Eric the Bish  •  Link


My beloved and learned fellow readers.

I enjoy reading your interesting annotations: they help my understanding and increase the pleasure of reading this fascinating document. But a heartfelt plea to a very few within our diverse and. eclectic community: no more spoilers please. None. Zero. Nada. Also, writing a spoiler but adding “[SPOILER]” doesn’t make it ok: it merely adds to the spoil.

So please, pretty please with sugar on top, NO MORE SPOILERS!

With my very best wishes to you all.

Eric the Bish.

San Diego Sarah  •  Link

"... wrote by post to Portsmouth to my Lord ..."

This must have been a hard letter to write, diplomatically.
Dear My Lord:
All's Well That Ends Well ... on my return from handing out guns at Deptford against the Venner Uprising (which was already over), I learned your wife had lost her mind at the sight of the returning King and his guards and fled with Lady Jem and 8 members of your household, including the musician Wm. Child (whose horse went lame within the hour and returned to Whitehall), to Chatham.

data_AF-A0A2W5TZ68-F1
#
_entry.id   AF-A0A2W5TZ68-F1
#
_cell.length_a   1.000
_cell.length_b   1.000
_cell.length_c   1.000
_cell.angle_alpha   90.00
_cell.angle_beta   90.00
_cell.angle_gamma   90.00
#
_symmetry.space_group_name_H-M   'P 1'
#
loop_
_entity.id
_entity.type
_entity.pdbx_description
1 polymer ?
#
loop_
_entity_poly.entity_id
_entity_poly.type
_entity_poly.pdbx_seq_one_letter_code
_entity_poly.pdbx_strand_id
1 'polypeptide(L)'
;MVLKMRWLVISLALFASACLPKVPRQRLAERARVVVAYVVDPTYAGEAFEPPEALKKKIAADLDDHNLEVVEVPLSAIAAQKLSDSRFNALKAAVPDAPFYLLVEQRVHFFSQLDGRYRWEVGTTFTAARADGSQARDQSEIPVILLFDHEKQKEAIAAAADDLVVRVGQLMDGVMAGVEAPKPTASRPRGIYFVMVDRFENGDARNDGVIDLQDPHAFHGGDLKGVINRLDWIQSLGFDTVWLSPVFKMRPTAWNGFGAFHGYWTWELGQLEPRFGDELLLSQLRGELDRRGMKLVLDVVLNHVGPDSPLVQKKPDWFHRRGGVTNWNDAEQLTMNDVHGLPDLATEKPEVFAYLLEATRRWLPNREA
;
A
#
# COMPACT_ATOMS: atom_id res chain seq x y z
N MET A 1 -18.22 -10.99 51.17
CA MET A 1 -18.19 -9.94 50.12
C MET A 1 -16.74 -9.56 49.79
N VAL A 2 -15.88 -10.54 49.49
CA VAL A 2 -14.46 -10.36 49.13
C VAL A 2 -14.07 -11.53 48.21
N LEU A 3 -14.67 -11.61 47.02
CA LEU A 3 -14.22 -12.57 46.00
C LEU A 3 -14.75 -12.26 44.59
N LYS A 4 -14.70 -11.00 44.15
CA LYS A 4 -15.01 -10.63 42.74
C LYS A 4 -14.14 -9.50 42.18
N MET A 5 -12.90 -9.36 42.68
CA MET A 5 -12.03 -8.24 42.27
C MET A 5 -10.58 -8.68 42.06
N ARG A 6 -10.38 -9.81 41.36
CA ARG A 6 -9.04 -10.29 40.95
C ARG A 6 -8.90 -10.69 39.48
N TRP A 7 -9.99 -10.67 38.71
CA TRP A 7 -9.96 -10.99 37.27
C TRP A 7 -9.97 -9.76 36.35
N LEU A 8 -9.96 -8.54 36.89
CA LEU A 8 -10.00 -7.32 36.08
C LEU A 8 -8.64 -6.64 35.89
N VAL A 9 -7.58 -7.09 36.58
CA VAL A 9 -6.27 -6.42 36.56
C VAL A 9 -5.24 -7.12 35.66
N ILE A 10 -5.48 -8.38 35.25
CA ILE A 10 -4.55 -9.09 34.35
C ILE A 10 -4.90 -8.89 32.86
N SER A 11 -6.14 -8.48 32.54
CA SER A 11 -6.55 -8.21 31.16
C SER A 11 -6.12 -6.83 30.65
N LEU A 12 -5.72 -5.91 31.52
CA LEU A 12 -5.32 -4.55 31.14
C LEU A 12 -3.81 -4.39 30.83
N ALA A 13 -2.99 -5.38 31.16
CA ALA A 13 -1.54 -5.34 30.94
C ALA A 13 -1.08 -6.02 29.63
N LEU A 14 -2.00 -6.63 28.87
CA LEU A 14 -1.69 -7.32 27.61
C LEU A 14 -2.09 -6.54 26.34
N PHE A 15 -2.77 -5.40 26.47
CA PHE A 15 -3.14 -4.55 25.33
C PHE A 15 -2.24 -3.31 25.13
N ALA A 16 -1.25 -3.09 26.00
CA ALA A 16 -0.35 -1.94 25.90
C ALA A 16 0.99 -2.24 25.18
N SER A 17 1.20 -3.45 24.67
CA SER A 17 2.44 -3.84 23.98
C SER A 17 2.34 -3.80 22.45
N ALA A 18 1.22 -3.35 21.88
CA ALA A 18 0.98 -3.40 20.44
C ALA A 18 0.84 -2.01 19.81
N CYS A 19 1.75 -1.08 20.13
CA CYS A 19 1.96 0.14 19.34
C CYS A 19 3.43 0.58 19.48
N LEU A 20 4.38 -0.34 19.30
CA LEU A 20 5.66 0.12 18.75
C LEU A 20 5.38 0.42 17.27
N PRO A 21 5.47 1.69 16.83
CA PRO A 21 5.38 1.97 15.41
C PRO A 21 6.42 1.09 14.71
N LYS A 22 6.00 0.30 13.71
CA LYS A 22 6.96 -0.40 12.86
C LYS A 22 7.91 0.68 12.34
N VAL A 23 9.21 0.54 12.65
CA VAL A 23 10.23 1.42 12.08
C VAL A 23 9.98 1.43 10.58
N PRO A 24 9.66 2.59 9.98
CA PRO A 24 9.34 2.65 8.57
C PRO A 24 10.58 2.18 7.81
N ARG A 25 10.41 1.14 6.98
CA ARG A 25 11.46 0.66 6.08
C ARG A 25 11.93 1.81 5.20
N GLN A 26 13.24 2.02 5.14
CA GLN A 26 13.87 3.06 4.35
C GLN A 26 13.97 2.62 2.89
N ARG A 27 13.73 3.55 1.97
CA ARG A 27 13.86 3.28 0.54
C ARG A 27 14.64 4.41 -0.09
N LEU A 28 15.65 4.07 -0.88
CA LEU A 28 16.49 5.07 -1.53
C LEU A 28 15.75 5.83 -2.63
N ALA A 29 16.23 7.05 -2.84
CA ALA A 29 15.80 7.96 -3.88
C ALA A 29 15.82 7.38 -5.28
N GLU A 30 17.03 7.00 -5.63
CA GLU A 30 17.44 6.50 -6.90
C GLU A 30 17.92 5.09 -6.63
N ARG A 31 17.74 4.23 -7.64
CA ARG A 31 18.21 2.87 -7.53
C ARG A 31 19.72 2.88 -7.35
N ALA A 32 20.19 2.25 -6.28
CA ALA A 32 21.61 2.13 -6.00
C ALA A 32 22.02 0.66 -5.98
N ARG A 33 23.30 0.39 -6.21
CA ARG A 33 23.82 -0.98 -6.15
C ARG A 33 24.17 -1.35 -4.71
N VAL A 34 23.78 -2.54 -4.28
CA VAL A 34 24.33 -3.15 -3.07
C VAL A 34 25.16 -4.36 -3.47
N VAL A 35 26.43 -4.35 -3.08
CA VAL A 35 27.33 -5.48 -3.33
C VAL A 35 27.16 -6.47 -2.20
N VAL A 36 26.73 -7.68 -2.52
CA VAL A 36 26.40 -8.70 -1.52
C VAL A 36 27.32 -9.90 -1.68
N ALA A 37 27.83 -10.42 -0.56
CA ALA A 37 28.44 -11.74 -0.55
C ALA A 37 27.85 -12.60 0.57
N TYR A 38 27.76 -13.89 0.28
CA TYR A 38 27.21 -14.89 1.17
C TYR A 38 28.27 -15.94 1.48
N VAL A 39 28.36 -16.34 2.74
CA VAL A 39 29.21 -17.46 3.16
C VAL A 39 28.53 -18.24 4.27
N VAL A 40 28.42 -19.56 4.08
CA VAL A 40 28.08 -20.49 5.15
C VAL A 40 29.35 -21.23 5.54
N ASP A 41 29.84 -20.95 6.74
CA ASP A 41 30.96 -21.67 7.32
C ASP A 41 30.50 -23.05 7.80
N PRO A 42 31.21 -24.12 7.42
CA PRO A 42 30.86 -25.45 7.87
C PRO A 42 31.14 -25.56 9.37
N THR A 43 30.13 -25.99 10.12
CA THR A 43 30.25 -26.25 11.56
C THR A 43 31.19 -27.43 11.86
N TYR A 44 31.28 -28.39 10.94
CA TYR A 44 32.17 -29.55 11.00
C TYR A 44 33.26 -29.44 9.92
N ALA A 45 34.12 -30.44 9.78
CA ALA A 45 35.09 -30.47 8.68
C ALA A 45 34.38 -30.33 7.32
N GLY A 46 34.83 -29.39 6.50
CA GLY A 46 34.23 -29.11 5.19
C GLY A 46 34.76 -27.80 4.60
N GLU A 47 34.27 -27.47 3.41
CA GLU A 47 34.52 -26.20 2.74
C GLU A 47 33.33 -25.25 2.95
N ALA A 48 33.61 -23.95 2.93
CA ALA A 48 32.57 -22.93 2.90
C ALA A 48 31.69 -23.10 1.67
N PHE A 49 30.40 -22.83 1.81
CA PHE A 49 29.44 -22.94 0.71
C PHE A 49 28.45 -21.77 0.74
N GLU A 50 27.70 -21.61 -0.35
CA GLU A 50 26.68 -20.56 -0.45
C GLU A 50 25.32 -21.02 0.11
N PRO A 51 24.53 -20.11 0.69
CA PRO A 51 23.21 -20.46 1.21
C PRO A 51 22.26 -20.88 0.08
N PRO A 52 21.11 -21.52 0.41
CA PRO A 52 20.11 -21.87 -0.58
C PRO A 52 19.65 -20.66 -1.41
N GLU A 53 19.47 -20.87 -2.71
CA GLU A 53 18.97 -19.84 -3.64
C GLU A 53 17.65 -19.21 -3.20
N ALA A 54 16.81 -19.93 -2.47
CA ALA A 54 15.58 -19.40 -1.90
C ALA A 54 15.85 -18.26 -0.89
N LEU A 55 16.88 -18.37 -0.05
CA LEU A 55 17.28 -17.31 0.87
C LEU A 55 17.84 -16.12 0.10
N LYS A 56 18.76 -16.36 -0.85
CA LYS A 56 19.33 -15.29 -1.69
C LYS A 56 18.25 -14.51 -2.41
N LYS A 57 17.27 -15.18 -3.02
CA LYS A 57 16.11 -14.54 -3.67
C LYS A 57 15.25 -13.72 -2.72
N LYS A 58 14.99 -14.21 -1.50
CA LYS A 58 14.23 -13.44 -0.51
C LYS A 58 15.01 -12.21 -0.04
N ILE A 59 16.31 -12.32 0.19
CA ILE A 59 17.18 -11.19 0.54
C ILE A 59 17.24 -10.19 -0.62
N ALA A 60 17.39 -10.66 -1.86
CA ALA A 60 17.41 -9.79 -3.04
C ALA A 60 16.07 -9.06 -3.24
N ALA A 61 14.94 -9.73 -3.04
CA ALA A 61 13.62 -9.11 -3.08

Fortunately our friends Cuttance and Blake secured their lodgings, and I was able to catch up with them by dark.
We assured her the danger is over, and we are all now back in London, no harm done. John Goods had the money to settle the inn bills, and when we toured the Sovereign, Charles and Newcastle to My Lady's delight, I distributed 7l. appropriately.
I'll give my invoice for horse and guide rentals and the gratuities to Mr. Shepley.
We were sorry to hear about William Hetley, and hope you don't catch the pox.
Your devout friend and cousin, Samuel
P.S. Laud is too old to be a page. He rides well, and is bothering Mary.

Alter Kacker  •  Link

Eric, I sympathize with your complaint, but it will fall on deaf (or in some cases dead) ears — most of those spoilers were written during the first reading, 20 years ago!

San Diego Sarah  •  Link

I appreciate your defense, Alter Kacker, but I think Eric is complaining at my mention of a fire and a war to come. It never occurred to me that these could be considered spoilers to our story as they are such well-known historical facts.
Explaining things will get easier as we are further into the Diary, and more examples will be in Pepys' known past to pull from.

Stephane Chenard  •  Link

Allow us to opine on whether living in such a violent century as this XVII has dulled the sensitivities of the People, and they just shrug at the cartloads of smoking bowels they pass on their way to the theater. We're not inside their heads, and inner feelings leave few fossils, but surely this gruesome justice is meant to horrify! It's not meant to be nice or routine, if it didn't sap the appetite (OK, not Sam's) and cause nightmares what would be the point? And so, watch in fascination and cheer on as they may, we phant'sy that the citizen do find it horrific.